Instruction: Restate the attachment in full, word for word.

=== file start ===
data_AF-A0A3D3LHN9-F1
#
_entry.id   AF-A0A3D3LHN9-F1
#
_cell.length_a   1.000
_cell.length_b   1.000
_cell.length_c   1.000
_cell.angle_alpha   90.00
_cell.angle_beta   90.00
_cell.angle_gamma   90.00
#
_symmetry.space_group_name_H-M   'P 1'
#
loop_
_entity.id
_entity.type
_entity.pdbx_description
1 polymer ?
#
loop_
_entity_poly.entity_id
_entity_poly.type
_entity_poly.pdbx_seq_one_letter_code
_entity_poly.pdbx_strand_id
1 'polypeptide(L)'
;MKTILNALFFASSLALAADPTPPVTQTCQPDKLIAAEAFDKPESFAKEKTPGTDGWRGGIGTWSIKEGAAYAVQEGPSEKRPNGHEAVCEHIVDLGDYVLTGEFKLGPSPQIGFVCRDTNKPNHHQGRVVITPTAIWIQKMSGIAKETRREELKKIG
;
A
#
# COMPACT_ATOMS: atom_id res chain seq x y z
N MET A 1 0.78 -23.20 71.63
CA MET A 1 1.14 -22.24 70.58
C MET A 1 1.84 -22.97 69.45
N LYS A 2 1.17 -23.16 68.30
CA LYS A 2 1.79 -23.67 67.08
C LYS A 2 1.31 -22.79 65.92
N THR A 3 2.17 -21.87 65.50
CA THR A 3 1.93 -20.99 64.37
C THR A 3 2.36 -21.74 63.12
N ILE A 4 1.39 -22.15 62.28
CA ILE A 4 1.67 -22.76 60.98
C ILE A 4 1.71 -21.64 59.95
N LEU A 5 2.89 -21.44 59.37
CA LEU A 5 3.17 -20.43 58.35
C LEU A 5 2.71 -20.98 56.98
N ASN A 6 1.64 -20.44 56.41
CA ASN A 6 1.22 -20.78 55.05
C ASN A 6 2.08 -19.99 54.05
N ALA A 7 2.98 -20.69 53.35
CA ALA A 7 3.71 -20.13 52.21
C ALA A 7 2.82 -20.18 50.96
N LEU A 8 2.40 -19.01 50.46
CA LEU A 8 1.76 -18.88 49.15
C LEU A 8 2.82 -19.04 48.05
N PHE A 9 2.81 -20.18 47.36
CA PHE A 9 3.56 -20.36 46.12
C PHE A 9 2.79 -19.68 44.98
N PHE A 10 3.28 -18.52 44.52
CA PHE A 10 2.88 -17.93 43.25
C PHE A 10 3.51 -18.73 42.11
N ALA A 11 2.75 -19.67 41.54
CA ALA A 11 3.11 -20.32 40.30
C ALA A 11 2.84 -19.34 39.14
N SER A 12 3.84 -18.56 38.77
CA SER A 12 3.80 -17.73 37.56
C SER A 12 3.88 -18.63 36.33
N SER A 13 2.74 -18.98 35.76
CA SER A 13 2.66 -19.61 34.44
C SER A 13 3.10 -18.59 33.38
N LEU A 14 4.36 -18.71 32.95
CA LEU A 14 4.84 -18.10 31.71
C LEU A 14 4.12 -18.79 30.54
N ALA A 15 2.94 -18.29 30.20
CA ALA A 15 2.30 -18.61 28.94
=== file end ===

data_AF-A0A3D3LHN9-F1
#
_entry.id   AF-A0A3D3LHN9-F1
#
_cell.length_a   1.000
_cell.length_b   1.000
_cell.length_c   1.000
_cell.angle_alpha   90.00
_cell.angle_beta   90.00
_cell.angle_gamma   90.00
#
_symmetry.space_group_name_H-M   'P 1'
#
loop_
_entity.id
_entity.type
_entity.pdbx_description
1 polymer ?
#
loop_
_entity_poly.entity_id
_entity_poly.type
_entity_poly.pdbx_seq_one_letter_code
_entity_poly.pdbx_strand_id
1 'polypeptide(L)'
;MKTILNALFFASSLALAADPTPPVTQTCQPDKLIAAEAFDKPESFAKEKTPGTDGWRGGIGTWSIKEGAAYAVQEGPSEKRPNGHEAVCEHIVDLGDYVLTGEFKLGPSPQIGFVCRDTNKPNHHQGRVVITPTAIWIQKMSGIAKETRREELKKIG
;
A
#
# COMPACT_ATOMS: atom_id res chain seq x y z
N MET A 1 0.78 -23.20 71.63
CA MET A 1 1.14 -22.24 70.58
C MET A 1 1.84 -22.97 69.45
N LYS A 2 1.17 -23.16 68.30
CA LYS A 2 1.79 -23.67 67.08
C LYS A 2 1.31 -22.79 65.92
N THR A 3 2.17 -21.87 65.50
CA THR A 3 1.93 -20.99 64.37
C THR A 3 2.36 -21.74 63.12
N ILE A 4 1.39 -22.15 62.28
CA ILE A 4 1.67 -22.76 60.98
C ILE A 4 1.71 -21.64 59.95
N LEU A 5 2.89 -21.44 59.37
CA LEU A 5 3.17 -20.43 58.35
C LEU A 5 2.71 -20.98 56.98
N ASN A 6 1.64 -20.44 56.41
CA ASN A 6 1.22 -20.78 55.05
C ASN A 6 2.08 -19.99 54.05
N ALA A 7 2.98 -20.69 53.35
CA ALA A 7 3.71 -20.13 52.21
C ALA A 7 2.82 -20.18 50.96
N LEU A 8 2.40 -19.01 50.46
CA LEU A 8 1.76 -18.88 49.15
C LEU A 8 2.82 -19.04 48.05
N PHE A 9 2.81 -20.18 47.36
CA PHE A 9 3.56 -20.36 46.12
C PHE A 9 2.79 -19.68 44.98
N PHE A 10 3.28 -18.52 44.52
CA PHE A 10 2.88 -17.93 43.25
C PHE A 10 3.51 -18.73 42.11
N ALA A 11 2.75 -19.67 41.54
CA ALA A 11 3.11 -20.32 40.30
C ALA A 11 2.84 -19.34 39.14
N SER A 12 3.84 -18.56 38.77
CA SER A 12 3.80 -17.73 37.56
C SER A 12 3.88 -18.63 36.33
N SER A 13 2.74 -18.98 35.76
CA SER A 13 2.66 -19.61 34.44
C SER A 13 3.10 -18.59 33.38
N LEU A 14 4.36 -18.71 32.95
CA LEU A 14 4.84 -18.10 31.71
C LEU A 14 4.12 -18.79 30.54
N ALA A 15 2.94 -18.29 30.20
CA ALA A 15 2.30 -18.61 28.94